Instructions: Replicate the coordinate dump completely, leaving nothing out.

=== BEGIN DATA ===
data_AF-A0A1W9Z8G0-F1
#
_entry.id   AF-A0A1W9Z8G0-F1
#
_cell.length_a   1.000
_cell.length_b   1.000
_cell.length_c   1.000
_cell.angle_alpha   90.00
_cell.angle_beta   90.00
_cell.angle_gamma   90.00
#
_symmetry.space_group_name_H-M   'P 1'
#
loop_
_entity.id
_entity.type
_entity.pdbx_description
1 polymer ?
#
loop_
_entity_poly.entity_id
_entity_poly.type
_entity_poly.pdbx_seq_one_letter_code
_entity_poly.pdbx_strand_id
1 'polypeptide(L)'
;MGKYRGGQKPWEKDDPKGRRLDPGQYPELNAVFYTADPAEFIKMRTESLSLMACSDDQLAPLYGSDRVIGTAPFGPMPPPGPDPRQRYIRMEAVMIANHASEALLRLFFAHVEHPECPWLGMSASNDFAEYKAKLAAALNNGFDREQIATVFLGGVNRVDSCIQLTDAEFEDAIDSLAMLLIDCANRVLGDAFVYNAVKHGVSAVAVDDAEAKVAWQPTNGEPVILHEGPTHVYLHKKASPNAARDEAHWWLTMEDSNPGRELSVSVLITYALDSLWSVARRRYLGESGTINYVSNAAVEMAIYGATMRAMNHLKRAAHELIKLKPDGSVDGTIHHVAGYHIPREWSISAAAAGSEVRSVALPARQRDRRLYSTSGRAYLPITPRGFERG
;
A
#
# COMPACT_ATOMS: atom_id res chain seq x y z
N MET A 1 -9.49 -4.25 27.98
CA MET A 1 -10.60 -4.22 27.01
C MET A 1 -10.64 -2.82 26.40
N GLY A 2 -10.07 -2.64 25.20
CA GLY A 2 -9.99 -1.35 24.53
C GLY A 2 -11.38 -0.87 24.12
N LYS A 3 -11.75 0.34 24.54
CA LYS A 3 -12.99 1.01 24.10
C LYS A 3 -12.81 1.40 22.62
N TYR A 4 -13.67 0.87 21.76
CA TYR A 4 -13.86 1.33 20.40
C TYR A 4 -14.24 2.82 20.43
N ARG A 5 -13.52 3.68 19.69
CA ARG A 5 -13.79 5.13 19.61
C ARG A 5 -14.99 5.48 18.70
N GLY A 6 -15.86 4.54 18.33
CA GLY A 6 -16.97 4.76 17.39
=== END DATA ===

data_AF-A0A1W9Z8G0-F1
#
_entry.id   AF-A0A1W9Z8G0-F1
#
_cell.length_a   1.000
_cell.length_b   1.000
_cell.length_c   1.000
_cell.angle_alpha   90.00
_cell.angle_beta   90.00
_cell.angle_gamma   90.00
#
_symmetry.space_group_name_H-M   'P 1'
#
loop_
_entity.id
_entity.type
_entity.pdbx_description
1 polymer ?
#
loop_
_entity_poly.entity_id
_entity_poly.type
_entity_poly.pdbx_seq_one_letter_code
_entity_poly.pdbx_strand_id
1 'polypeptide(L)'
;MGKYRGGQKPWEKDDPKGRRLDPGQYPELNAVFYTADPAEFIKMRTESLSLMACSDDQLAPLYGSDRVIGTAPFGPMPPPGPDPRQRYIRMEAVMIANHASEALLRLFFAHVEHPECPWLGMSASNDFAEYKAKLAAALNNGFDREQIATVFLGGVNRVDSCIQLTDAEFEDAIDSLAMLLIDCANRVLGDAFVYNAVKHGVSAVAVDDAEAKVAWQPTNGEPVILHEGPTHVYLHKKASPNAARDEAHWWLTMEDSNPGRELSVSVLITYALDSLWSVARRRYLGESGTINYVSNAAVEMAIYGATMRAMNHLKRAAHELIKLKPDGSVDGTIHHVAGYHIPREWSISAAAAGSEVRSVALPARQRDRRLYSTSGRAYLPITPRGFERG
;
A
#
# COMPACT_ATOMS: atom_id res chain seq x y z
N MET A 1 -9.49 -4.25 27.98
CA MET A 1 -10.60 -4.22 27.01
C MET A 1 -10.64 -2.82 26.40
N GLY A 2 -10.07 -2.64 25.20
CA GLY A 2 -9.99 -1.35 24.53
C GLY A 2 -11.38 -0.87 24.12
N LYS A 3 -11.75 0.34 24.54
CA LYS A 3 -12.99 1.01 24.10
C LYS A 3 -12.81 1.40 22.62
N TYR A 4 -13.67 0.87 21.76
CA TYR A 4 -13.86 1.33 20.40
C TYR A 4 -14.24 2.82 20.43
N ARG A 5 -13.52 3.68 19.69
CA ARG A 5 -13.79 5.13 19.61
C ARG A 5 -14.99 5.48 18.70
N GLY A 6 -15.86 4.54 18.33
CA GLY A 6 -16.97 4.76 17.39